In the below illustration, I have indicated the ends (ears) of the brake pads that need to be lubricated. Please don’t apply grease on the friction plate of the brake pads as it will damage them.

schematic of brake pads

Also lube where the pad backing plate touches the caliper. This helps stop vibration and brake squeaks.

mounting configuration of brake pads in brake calipers
Mounting configuration of brake pads in brake calipers

The below video is also quite helpful for lubrication of brake pads:

3. Contaminants In Caliper Slider Pins Jamming Brakes

caliper pin of brake pads
caliper pin of brake pads

Caliper guide pins are an essential part of your car’s braking system. They are small metal pins that allow the brake caliper to glide back and forth on the brake pads.

In doing so, the caliper applies pressure to the brake pads, which then clamp down on the rotor to slow the car down. Caliper pins are lubricated and are enclosed in a springy rubber boot as you can see in the above illustration.

If the rubber boot of the caliper pins cracks, the dirt and debris can damage the caliper pins, due to which the caliper does not able to glide back and forth smoothly.

The main source of debris in the caliper guide pins is brake dust. As the brake pads wear down, they release brake dust that can accumulate in the pins. This dust can also cause the brake pads to vibrate and lead to a squeaking sound. 

All of these substances can interfere with the movement of the guide pins and cause them to stick, resulting in brake noise.

Basically, when caliper pins stick, the brake pads partially remain clamped with the brake rotor. When you first-time drive a vehicle, the brake pad may need to break away from the rotor, resulting in the squeaking noise you hear.

How to fix a sticky caliper?

To keep your brake system in top condition, it’s important to perform routine maintenance which includes eliminating any debris or rust present on the brake caliper pin using a brake cleaner and wire brush. It’s also vital to remove any debris and dirt inside the caliper pinhole.

To clean the caliper bore, you should use a brush that fits perfectly. Dip a bore brush or cotton swab into the cleaning solution and carefully wipe the interior of the hole. After cleaning the bore, spray WD-40 into it.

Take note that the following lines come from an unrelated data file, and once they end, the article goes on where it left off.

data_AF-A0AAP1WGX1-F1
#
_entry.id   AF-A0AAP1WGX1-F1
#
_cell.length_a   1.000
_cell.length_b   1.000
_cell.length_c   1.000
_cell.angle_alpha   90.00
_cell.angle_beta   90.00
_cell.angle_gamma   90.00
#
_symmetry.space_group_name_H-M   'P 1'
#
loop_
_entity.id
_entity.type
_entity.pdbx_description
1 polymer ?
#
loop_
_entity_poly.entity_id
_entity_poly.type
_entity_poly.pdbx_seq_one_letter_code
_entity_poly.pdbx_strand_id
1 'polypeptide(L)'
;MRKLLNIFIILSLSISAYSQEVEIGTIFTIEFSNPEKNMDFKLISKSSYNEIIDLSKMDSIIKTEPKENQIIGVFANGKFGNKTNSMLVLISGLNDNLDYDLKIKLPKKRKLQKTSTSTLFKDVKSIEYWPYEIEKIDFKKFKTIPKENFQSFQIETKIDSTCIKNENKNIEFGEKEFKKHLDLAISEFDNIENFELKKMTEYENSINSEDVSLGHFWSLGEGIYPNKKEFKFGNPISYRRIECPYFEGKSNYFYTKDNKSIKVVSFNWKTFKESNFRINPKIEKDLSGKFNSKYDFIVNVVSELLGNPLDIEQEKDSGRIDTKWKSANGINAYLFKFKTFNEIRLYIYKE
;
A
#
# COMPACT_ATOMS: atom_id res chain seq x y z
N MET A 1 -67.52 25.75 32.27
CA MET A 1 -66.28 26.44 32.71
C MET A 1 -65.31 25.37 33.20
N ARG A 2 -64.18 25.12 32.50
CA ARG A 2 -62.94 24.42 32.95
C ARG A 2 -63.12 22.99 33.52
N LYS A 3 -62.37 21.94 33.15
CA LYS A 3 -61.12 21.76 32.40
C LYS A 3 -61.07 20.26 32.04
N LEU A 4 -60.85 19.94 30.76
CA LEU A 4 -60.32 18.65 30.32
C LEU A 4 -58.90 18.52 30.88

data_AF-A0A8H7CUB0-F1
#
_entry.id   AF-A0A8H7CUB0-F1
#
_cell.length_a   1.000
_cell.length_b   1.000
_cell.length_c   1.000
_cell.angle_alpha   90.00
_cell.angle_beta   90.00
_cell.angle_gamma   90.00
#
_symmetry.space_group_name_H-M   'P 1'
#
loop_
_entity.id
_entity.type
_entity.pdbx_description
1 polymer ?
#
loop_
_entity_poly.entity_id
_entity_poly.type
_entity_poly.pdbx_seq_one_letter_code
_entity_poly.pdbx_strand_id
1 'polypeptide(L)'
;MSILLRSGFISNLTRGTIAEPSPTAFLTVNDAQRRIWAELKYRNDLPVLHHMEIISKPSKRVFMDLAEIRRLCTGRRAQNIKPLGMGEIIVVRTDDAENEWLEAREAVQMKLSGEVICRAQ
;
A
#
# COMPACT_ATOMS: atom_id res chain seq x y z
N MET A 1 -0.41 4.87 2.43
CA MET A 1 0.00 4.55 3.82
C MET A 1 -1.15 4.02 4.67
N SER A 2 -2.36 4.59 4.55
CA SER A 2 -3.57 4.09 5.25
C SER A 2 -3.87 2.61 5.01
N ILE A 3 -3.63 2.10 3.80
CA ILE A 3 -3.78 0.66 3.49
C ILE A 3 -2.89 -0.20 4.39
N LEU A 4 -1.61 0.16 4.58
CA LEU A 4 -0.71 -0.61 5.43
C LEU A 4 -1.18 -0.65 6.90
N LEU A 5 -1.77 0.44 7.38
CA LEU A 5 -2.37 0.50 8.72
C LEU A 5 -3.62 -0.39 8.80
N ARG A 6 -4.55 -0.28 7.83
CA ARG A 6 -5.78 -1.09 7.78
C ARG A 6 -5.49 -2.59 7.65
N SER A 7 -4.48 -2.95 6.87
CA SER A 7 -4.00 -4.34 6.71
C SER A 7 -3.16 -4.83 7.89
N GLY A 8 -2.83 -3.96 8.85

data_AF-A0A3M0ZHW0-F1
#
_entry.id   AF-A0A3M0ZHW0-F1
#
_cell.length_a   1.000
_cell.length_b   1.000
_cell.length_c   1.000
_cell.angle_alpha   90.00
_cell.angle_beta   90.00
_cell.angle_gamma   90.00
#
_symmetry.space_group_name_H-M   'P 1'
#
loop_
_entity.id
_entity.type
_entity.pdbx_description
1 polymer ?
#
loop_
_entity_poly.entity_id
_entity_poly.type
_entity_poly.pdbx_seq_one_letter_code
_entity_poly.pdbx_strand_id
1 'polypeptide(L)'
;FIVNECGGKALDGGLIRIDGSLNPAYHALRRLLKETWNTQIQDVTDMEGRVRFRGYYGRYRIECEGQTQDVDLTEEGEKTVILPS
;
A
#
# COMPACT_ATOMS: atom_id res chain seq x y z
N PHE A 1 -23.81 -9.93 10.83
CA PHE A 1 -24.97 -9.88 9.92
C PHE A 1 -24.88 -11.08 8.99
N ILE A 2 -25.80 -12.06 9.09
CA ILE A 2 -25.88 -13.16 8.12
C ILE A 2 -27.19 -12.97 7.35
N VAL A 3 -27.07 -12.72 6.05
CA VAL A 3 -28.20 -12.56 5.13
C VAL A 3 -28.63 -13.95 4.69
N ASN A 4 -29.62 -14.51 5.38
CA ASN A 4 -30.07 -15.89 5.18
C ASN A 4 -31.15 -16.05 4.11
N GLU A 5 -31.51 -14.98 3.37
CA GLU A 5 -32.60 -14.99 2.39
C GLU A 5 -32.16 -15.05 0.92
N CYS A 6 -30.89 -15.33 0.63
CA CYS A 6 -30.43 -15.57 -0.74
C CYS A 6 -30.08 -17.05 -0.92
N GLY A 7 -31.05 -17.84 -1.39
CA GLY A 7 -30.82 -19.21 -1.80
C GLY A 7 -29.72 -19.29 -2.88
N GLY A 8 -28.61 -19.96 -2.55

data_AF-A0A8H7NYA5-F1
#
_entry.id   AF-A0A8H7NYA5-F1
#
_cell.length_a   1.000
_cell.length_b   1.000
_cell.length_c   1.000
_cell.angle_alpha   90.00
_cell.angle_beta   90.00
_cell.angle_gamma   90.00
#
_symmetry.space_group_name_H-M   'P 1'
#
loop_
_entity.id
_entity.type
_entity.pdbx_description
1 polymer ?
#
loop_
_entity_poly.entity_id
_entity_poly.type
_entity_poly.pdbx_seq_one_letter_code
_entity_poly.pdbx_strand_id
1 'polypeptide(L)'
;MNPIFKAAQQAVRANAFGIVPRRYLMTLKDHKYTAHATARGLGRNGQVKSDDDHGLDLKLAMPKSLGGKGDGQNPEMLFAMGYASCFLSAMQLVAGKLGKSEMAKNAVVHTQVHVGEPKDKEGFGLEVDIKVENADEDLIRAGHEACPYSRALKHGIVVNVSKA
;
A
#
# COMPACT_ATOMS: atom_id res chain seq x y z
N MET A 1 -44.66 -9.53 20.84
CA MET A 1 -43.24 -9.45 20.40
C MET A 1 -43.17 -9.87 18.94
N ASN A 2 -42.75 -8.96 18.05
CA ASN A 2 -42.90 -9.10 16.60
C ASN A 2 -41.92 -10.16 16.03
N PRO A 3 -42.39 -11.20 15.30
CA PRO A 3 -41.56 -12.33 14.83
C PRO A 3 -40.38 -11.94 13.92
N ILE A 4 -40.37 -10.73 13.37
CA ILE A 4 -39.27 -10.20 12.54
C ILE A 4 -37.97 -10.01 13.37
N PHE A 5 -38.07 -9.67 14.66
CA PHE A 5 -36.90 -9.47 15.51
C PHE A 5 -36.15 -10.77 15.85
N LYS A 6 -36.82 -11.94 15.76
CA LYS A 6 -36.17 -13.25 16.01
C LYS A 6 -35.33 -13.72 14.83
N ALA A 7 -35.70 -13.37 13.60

Once you have finished cleaning, apply a high-temperature brake lubricant on the sliding pin to prevent friction and ensure smooth movement. For optimal results, it is recommended to use this particular lubricant.

4. Worn Brake Hardware Components Resulting In Noises

Brake caliper and caliper bracket can get loose if bolts are damaged.
Brake caliper and caliper bracket

The brake caliper and the caliper mounting bracket are two important brake parts that get bolted and secured in their place.

The brake caliper gets bolted to the sliding pin of the mounting bracket, which then gets bolted to the steering knuckle.

It’s really important to tighten these bolts properly, following the exact torque requirements. Otherwise the bolts may loosen over time, creating safety issues on the road.

If the bolts on the brake caliper and mounting bracket get loose, the caliper cannot put enough force on the brake pads. This means uneven pressure on the brake disc.

Some parts of the brake pad will not touch the whole disc then. This can make the brakes squeak.

Also, loose bolts can make the mounting bracket shift around. This misaligns the brake pads with the brake disc.

When the pads and disc are not aligned, the pads won’t contact the disc fully when you press the brake pedal.

5. Foreign Particles Lodged In Brake Rotor Slots

One of the main causes of brake squeaking when starting to drive is debris or gravel getting stuck in the brake disc. This can cause a loud, high-pitched noise that can be quite annoying.

The debris or gravel can be anything from small rocks to dirt and dust. When they get stuck in the brake disc, they create a grinding sound as the brake pads rub against them. This sound can be quite loud and distracting, especially when you first start driving your car. 

I have experienced this problem. Whenever I started my car and drove over a few distances, I would hear a low-pitched sound from the brakes. As the vehicle picked speed, the noise disappeared.

I was thinking that the brakes had an issue. I took the car to the mechanic. He removed the wheel and brake caliper. He found that there was a piece of gravel stuck between the brake caliper and the brake disc. After removing it, the problem was fixed.

6. Faulty Accessory Belt & Pulleys Transmitting Squeaks